The Luvians Wine Fair and I have a long history, with me both as a customer and employee. It is a Bacchanalian extravaganza involving well over 150 wines and finger food. Students, adults and adult students all descend upon it with a thirst and a glass and everyone gets gleefully merry over the course of a Saturday afternoon in October. While not unbiased, I can assure any reader of this blog that it's a pretty spectacular bash and the wines are exceptional. It takes a lot of work to pull off, and every year it seems as though we're on the verge of disaster but it all comes through fine in the end. 250 people have a great time and stagger off into the fading afternoon light while the Luvians crew has to clean up. And do something with all the half-empty bottles of wine.

So we went for the obligatory after-wine-fair pint or two and then headed into the dark and foreboding suburbs of St Andrews for the aftermath party. It's one thing to see 150 wines spread over 15 or so tables on 2 different show floors. 150 wines on one small kitchen table, spilling over to the countertop and coffee table is all the more imposing. It started in a rather stayed, gentrified fashion. I searched for wines I'd not tried at the fair, or was curious in sampling again. There were quite a few. The chat was almost civilised, with the possible exception of the odd roar when a new arrival appeared at the door. I switched somewhat into elder statesman mode for awhile and regaled all with tales of wine fair after parties in the days of yore. I made the mistake of mentioning the one particularly painful party where some undrinkable Portuguese grappa made its way into the room. Faced with its undrinkability, some people started snorting it.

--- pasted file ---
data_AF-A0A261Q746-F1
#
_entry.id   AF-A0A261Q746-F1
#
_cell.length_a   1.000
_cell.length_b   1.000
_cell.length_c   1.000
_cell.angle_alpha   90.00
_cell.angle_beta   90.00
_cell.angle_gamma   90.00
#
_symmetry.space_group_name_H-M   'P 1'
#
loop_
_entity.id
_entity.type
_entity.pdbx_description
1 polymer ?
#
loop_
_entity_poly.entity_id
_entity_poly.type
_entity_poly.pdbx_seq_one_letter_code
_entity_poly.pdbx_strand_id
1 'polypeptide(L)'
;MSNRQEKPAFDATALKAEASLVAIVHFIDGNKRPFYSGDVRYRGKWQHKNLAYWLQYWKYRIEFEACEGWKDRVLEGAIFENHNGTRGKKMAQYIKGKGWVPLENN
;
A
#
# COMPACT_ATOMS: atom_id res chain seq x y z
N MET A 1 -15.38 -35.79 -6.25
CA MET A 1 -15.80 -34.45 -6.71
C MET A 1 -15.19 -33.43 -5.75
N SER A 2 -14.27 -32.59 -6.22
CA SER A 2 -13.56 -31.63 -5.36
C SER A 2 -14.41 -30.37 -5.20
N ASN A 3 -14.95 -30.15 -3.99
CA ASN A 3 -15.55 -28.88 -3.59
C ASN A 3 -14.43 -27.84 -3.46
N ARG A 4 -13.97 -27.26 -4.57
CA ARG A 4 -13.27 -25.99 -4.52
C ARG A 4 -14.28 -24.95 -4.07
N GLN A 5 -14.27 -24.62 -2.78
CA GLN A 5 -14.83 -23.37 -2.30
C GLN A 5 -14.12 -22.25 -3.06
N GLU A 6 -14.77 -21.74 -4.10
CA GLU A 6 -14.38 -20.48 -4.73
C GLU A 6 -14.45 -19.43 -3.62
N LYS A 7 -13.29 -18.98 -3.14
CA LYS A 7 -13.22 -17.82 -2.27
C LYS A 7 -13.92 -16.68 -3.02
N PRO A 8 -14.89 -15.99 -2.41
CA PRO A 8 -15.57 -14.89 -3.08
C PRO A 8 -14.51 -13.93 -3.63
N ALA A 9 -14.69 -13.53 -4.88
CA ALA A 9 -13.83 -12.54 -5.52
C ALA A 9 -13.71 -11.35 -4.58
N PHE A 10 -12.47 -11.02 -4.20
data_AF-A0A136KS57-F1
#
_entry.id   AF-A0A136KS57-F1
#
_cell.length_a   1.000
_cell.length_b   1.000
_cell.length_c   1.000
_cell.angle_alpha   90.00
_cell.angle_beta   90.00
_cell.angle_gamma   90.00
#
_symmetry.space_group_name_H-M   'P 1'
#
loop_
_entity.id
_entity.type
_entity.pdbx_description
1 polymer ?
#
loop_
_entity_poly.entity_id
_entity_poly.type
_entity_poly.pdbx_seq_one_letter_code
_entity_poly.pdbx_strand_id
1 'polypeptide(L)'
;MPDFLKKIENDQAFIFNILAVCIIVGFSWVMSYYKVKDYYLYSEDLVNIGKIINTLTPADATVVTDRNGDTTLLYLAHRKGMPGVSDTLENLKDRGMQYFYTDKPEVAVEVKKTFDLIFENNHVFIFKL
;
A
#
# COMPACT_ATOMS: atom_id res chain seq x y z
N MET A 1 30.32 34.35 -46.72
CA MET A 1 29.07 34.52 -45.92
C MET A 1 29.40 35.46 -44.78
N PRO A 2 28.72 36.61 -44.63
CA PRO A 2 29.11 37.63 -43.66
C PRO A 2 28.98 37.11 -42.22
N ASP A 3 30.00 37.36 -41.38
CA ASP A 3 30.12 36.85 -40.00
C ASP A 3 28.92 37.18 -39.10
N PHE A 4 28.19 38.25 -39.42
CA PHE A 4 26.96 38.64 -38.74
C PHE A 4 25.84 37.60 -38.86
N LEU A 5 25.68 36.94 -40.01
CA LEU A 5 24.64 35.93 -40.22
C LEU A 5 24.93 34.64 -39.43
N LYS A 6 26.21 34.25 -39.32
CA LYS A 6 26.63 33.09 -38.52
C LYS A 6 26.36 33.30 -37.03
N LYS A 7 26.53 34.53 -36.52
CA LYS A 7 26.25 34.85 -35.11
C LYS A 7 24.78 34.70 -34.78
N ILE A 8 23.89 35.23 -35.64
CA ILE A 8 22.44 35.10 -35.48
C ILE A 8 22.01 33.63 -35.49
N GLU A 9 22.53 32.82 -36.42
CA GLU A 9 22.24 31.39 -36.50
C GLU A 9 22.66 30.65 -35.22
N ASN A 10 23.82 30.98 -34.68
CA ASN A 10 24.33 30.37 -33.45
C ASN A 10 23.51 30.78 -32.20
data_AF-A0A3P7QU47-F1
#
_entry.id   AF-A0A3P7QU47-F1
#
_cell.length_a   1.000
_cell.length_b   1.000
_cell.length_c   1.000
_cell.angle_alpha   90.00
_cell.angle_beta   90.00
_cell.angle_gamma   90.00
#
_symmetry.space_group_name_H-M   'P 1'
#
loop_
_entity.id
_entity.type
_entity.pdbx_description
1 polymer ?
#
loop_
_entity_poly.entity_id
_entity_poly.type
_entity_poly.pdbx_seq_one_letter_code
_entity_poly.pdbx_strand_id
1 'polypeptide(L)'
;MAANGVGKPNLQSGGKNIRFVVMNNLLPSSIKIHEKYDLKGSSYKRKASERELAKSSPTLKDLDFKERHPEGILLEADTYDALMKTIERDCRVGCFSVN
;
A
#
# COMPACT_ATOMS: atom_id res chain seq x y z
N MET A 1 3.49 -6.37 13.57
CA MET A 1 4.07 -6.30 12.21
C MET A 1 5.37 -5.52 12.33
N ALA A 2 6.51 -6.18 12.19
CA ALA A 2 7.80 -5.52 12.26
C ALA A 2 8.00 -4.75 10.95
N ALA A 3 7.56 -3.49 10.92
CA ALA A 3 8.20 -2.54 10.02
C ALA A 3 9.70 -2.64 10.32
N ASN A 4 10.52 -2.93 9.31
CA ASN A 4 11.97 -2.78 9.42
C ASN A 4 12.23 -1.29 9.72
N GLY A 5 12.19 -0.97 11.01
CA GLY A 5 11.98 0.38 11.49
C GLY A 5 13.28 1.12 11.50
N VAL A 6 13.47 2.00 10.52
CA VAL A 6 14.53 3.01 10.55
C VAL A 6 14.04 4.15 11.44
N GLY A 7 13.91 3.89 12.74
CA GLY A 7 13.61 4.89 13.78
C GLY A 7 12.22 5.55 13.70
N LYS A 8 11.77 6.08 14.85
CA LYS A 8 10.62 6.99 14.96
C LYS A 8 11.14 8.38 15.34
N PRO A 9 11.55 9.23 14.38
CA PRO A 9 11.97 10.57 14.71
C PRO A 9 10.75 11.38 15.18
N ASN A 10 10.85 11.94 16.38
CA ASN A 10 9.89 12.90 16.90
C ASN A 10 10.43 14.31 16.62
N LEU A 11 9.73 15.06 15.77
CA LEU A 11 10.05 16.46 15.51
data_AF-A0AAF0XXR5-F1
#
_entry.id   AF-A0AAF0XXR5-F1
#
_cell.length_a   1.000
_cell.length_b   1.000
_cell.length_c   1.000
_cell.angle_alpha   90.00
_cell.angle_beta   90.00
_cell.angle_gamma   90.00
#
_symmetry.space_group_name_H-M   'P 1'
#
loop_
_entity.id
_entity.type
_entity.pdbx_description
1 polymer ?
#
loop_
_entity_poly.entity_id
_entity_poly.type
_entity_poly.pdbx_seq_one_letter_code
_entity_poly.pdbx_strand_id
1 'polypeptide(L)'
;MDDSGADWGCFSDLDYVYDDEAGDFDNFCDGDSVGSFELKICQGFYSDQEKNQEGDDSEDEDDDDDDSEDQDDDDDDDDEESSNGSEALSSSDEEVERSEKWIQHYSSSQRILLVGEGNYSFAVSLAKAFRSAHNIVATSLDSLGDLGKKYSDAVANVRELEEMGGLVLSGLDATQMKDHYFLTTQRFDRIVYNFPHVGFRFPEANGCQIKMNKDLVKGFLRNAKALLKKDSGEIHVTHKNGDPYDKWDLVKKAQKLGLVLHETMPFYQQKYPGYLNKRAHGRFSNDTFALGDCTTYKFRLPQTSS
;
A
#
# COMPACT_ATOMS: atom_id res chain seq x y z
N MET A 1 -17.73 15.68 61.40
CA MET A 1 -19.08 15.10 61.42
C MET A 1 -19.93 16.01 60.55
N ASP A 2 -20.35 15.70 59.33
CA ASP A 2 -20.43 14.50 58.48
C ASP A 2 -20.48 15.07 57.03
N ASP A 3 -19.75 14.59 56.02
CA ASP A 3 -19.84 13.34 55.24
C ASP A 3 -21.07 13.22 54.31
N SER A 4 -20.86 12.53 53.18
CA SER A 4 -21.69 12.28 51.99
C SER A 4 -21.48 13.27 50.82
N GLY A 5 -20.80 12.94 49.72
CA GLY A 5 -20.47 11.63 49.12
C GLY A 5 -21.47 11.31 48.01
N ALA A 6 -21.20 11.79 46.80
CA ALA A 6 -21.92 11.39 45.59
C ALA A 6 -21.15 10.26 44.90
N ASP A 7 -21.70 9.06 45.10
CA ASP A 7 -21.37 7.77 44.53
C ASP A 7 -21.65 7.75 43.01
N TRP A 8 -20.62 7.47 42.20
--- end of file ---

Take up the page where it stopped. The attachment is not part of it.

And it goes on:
Snorting booze is irredeemably stupid. Really, really dumb. It is so dumb that animals sniff booze and instinctively flinch. It goes against every shred of intelligence we've evolved since the dawn of the universe.

Broomie brought out a bottle of Spanish grappa. Not quite as vile as its Portuguese cousin, though fairly undrinkable nonetheless. He also produced a snuff box, complete with snuff inside. By this point I'd tried a few more wines. I was perhaps becoming less selective. My mental images are certainly more impressionist than photographic. My judgement on all things was certainly, and beyond question, impaired. Everyone's voices became louder and I lost track of how many people were there. Amateur boxing played out silently on the television, for reasons unknown. A teaspoon appeared and someone poured grappa onto it - too much.

The guitars and the bongos came out, much to the neighbours' disdain. We sang and shouted and some people left and more arrived. Whisky made an appearance with a couple of teaspoon encores as well. I retreated from the snorting (whisky, snuff and grappa) and grabbed a beer. Its merciful bubbles washed clean the tannic remains of the day's wine tasting. I phoned a taxi and headed home.

Sunday morning I woke to find my flatmate had bought me a breakfast roll. Not just any breakfast roll: a Munch breakfast roll. I rose slowly and unsteadily and devoured its fried-egg-bacon-sausage-tattie-scone-haggis-y goodness and then retreated back to the warmth of my bed. I slept another four hours. When I rose again I found Alex and Jamie in the living room discussing tunes and contemplating dinner. We went for a curry. When we got home, we watched Anchorman and called it a night.

Thus ended four days of drinking, hangovers, sleeping and revelry. Sometimes all at once. I certainly didn't recapture any youth, though I did discover that being older doesn't stop you from acting like a moron. Or having fun.